1. Policy statement
The Solihull Arden Club is committed to prioritising the well-being of all children and adults at risk, promoting safeguarding in our club at all times, including all programmes and events we run. This Policy strives to minimise risk, deliver a positive tennis and/or squash experience for everyone and respond appropriately to all safeguarding concerns/disclosures.
2. Use of terminology
Child: a person under the age of eighteen years.
Note that some legislation in Scotland defines a child as a person under sixteen years old. However, where there is any safeguarding concern, anyone under the age of 18 is regarded as a child unless advised otherwise by the Lawn Tennis Association Safeguarding Team and England Squash.
Adult at risk of abuse or neglect: a person aged eighteen years or over who is, or may be, in need of community care services by reason of disability, age or illness; and is, or may be, unable to take care of, or unable to protect him or herself against abuse or neglect.
Safeguarding children: protecting children from abuse and neglect, preventing the impairment of children’s health or development, ensuring that they grow up in circumstances consistent with the provision of safe and effective care, and taking action to enable all children to have the best life chances.
Safeguarding adults at risk: protecting adults from abuse and/or neglect. Enabling adults to maintain control over their lives and make informed choices without coercion. Empowering adults at risk, consulting them before taking action, unless someone lacks the capacity to make a decision, or their mental health poses a risk to their own or someone else’s safety, in which case, always acting in his or her best interests.
(See appendix A for full glossary of terms).
This Policy is applicable to all staff, volunteers, committee members, coaches and club members. It is in line with national legislation and applicable across the UK.
Advice, guidance and support is available from the LTA Safeguarding Team and England Squash.
4. Responsibility for the implementation of the Safeguarding Policy, Code of Conduct and Reporting Procedure
SAFEGUARDING IS EVERYONE’S RESPONSIBILITY: NOT RESPONDING TO A SAFEGUARDING CONCERN IS NOT AN OPTION.
Where there is a safeguarding concern/disclosure:
Breaches of this Policy and/or failure to comply with the outlined responsibilities may result in the following:
Actions taken by players, parents or carers, staff, consultants, volunteers, officials, coaches inside or outside of the club that are seen to contradict this Policy may be considered a violation of this Policy.
Where an appeal is lodged in response to a safeguarding decision made by the club, the individual should adhere to the club’s appeal procedure
Codes of Conduct
All members of staff and volunteers agree to:
All children agree to:
All adults agree to:
Appendix A: Glossary of Terms
Safeguarding: protecting children from abuse and neglect, preventing the impairment of children’s health or development, ensuring that children are growing up in circumstances consistent with the provision of safe and effective care, and taking action to enable all children to have the best life chances. Enabling adults at risk to achieve the outcomes that matter to them in their life; protecting their right to live in safety, free from abuse and neglect. Empowering and supporting them to make choices, stay safe and raise any concerns. Beginning with the assumption that an individual is best-placed to make decisions about their own wellbeing, taking proportional action on their behalf only if someone lacks the capacity to make a decision, they are exposed to a life-threatening risk, someone else may be at risk of harm, or a criminal offence has been committed or is likely to be committed.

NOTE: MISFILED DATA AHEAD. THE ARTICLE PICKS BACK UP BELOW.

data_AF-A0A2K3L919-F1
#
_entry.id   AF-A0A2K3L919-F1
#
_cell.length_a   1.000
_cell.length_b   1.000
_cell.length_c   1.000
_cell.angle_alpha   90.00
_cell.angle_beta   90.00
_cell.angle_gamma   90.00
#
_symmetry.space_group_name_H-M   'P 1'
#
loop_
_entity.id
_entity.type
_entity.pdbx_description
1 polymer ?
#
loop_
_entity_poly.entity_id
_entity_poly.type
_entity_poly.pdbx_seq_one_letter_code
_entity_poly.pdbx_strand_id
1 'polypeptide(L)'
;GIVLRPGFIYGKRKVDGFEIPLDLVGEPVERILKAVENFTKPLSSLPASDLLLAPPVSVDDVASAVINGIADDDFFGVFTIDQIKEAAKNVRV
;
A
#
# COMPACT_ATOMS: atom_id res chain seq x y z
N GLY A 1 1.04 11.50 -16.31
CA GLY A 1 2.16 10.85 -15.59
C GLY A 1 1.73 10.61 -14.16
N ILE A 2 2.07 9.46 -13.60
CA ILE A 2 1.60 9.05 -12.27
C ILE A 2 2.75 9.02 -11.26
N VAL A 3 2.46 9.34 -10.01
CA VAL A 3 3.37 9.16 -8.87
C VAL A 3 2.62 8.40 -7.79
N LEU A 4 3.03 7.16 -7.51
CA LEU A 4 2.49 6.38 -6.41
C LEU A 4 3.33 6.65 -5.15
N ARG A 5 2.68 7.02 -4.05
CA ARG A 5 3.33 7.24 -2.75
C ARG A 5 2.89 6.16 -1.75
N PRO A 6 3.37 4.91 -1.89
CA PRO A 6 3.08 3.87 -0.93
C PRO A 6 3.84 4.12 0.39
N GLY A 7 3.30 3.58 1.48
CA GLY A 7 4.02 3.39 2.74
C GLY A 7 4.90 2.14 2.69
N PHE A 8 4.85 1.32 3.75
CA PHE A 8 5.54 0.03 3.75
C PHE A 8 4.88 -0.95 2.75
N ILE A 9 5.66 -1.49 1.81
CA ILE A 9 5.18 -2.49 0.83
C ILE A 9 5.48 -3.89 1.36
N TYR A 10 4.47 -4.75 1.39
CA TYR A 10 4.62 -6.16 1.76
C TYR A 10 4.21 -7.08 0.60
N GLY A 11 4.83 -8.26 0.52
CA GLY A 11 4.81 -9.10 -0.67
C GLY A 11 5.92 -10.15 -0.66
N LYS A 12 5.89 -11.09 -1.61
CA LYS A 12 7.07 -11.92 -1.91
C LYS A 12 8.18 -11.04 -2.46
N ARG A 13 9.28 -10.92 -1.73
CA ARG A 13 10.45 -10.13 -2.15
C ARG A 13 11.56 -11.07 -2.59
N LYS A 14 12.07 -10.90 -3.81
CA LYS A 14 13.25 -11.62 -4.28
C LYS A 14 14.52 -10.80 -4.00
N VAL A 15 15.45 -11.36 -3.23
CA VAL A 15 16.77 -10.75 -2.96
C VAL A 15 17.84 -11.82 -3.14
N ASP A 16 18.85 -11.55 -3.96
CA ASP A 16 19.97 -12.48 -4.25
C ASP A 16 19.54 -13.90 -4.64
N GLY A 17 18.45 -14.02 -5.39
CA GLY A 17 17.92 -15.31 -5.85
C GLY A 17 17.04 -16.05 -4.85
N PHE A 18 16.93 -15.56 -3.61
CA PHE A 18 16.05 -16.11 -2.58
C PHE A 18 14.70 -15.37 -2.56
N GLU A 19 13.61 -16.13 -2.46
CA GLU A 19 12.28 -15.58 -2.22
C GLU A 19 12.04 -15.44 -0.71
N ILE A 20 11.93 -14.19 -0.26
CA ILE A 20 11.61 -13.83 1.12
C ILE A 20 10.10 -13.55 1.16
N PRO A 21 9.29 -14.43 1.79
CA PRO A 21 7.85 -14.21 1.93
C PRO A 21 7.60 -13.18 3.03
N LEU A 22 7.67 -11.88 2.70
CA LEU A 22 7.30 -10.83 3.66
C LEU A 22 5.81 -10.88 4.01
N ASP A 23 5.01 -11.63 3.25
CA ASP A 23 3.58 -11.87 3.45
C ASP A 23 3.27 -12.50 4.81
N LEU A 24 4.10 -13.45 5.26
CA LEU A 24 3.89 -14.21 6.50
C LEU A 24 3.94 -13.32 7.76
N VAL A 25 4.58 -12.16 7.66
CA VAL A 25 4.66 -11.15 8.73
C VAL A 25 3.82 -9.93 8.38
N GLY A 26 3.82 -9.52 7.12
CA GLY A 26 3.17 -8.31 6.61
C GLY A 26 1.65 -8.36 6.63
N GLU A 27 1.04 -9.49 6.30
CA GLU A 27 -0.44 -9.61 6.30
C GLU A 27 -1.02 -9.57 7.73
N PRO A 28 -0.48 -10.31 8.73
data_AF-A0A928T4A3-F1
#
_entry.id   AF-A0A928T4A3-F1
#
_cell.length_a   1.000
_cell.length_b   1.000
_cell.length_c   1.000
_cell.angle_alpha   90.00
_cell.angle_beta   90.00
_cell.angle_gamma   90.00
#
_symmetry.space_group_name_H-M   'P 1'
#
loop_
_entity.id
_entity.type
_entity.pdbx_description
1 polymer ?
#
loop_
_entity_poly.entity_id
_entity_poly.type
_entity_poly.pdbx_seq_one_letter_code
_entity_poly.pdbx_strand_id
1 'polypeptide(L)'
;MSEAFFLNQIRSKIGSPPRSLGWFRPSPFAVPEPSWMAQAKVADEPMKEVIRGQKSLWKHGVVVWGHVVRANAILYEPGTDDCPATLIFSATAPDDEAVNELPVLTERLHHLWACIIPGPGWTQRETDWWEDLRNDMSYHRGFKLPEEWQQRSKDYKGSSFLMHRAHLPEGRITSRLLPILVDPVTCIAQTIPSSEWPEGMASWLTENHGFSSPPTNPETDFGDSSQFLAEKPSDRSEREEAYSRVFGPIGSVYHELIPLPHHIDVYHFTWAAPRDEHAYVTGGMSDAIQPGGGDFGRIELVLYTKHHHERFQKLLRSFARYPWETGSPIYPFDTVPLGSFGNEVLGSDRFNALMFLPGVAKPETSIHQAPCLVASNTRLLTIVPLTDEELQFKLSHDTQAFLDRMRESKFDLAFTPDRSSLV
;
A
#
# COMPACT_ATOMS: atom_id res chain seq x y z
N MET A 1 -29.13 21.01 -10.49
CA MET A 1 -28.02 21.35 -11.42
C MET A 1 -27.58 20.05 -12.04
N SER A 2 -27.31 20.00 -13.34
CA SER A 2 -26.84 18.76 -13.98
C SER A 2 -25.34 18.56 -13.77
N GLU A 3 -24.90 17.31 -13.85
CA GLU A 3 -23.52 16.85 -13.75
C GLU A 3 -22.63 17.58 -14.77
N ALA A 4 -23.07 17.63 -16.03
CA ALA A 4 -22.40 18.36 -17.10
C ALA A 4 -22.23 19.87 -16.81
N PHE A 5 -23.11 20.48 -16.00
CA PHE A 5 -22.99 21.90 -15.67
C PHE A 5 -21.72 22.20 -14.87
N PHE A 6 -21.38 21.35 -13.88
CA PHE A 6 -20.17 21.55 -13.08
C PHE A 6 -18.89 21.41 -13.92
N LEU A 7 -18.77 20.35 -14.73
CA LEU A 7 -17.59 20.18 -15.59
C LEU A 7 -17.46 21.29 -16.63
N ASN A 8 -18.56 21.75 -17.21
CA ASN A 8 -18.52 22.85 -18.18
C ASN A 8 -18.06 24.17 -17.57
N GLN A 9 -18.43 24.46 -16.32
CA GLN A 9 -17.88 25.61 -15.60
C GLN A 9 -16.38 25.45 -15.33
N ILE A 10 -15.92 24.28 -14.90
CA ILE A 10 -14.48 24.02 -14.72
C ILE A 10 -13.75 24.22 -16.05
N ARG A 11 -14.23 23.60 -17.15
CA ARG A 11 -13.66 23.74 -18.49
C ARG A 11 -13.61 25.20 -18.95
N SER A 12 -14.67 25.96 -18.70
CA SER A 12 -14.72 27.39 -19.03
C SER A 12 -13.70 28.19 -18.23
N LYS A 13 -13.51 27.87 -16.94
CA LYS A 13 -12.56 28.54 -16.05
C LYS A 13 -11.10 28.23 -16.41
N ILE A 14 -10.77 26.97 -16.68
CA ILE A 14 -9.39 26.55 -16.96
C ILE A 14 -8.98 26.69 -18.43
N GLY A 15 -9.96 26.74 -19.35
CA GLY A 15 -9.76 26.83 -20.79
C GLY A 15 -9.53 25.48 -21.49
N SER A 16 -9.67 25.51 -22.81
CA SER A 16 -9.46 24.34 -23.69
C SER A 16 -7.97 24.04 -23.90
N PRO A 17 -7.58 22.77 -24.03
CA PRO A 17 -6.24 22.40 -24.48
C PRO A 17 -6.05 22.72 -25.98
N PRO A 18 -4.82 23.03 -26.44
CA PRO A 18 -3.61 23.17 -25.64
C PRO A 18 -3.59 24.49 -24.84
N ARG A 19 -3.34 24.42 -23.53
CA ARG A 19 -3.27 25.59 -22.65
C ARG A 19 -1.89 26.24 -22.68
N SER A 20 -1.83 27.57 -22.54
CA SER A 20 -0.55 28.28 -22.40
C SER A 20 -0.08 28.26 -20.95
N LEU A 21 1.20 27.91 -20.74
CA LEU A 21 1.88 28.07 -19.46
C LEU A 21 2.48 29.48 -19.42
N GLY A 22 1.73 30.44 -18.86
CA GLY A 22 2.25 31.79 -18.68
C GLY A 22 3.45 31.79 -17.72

Abuse and neglect
Physical abuse: A form of abuse which may involve hitting, shaking, throwing, poisoning, burning or scalding, drowning, suffocating or otherwise causing physical harm to a child or adult at risk. Physical harm may also be caused when a parent or carer fabricates the symptoms of, or deliberately induces illness
Sexual abuse: Involves forcing or enticing a child or young person to take part in abuse sexual activities, not necessarily involving a high level of violence, whether or not the child is aware of what is happening. The activities may involve physical contact, including assault by penetration (for example, rape or oral sex) or non-penetrative acts such as masturbation, kissing, rubbing and touching outside of clothing. They may also include non-contact activities, such as involving children in looking at, or in the production of, sexual images, watching sexual activities, encouraging children to behave in sexually inappropriate ways, or grooming a child in preparation for abuse (including via the internet). Sexual abuse is not solely perpetrated by adult males. Women can also commit acts of sexual abuse, as can other children